For single-place powered paragliders, the answer is simple, they do not fall under Sport Pilot. If it weighs less than 254 pounds, it’s an ultralight and falls under part FAR 103. Even with wheels, it just has to meet the requirements of weight, speed and fuel capacity.

For two-place foot-launched operations the answer is also simple, they are not part of Sport Pilot and can only be flown under the exemption held by USPPA for appropriately qualified pilots (or ASC for $100/yr). 

Two-place wheel-launched operations are Powered Parachutes. The craft must be certified (with an N-Number) and flown by a licensed Sport Pilot.

The FAA’s 14 CFR Federal Aviation Regulations part 1 definition: 

A “Powered parachute means a powered aircraft comprised of a flexible or semi-rigid wing connected to a fuselage so that the wing is not in position for flight until the aircraft is in motion. The fuselage of a powered parachute contains the aircraft engine, a seat for each occupant and is attached to the aircraft’s landing gear.”

A powered paraglider is not defined because it is not covered. But The original sport pilot issuance on July 27, 2004 further explained:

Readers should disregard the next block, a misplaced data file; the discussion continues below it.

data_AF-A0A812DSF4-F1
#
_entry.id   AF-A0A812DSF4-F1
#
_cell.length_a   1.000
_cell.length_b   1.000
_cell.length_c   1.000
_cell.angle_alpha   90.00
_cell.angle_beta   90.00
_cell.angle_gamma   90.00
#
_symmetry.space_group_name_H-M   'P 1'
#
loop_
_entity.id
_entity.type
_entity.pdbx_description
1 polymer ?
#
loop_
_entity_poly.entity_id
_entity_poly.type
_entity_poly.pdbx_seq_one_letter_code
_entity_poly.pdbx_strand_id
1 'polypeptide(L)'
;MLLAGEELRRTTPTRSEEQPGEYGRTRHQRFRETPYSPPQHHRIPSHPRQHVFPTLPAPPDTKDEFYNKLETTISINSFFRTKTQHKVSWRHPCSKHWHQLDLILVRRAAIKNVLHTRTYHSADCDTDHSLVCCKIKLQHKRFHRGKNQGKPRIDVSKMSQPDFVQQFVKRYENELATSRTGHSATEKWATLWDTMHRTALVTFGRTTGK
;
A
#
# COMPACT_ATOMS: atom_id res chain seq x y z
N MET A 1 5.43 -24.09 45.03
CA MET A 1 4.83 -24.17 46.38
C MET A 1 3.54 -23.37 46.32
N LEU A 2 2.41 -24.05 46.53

“As stated in the proposed rule, the FAA specifically intended to exclude from consideration as light sport aircraft configurations in which the engine and/or wing is mounted on the person operating the aircraft, rather than a fuselage.”

Q: I’ve got a legitimate tandem (2-place) powered paraglider trike. How do I fly it legally?

A: At this point, you don’t. Even after this is all finished, these craft may simply be illegal and only flown solo.

Q: I don’t want to instruct or become an instructor. Is there another way?

A: Yes, but you must purchase or build (a better option with its own issues) a Light Sport certified machine and earn the FAA Sport Pilot License.

Q: I want to instruct with my Tandem Trike, what do I have to do?

A: There is currently no way to do so, a situation I’m trying to help remedy.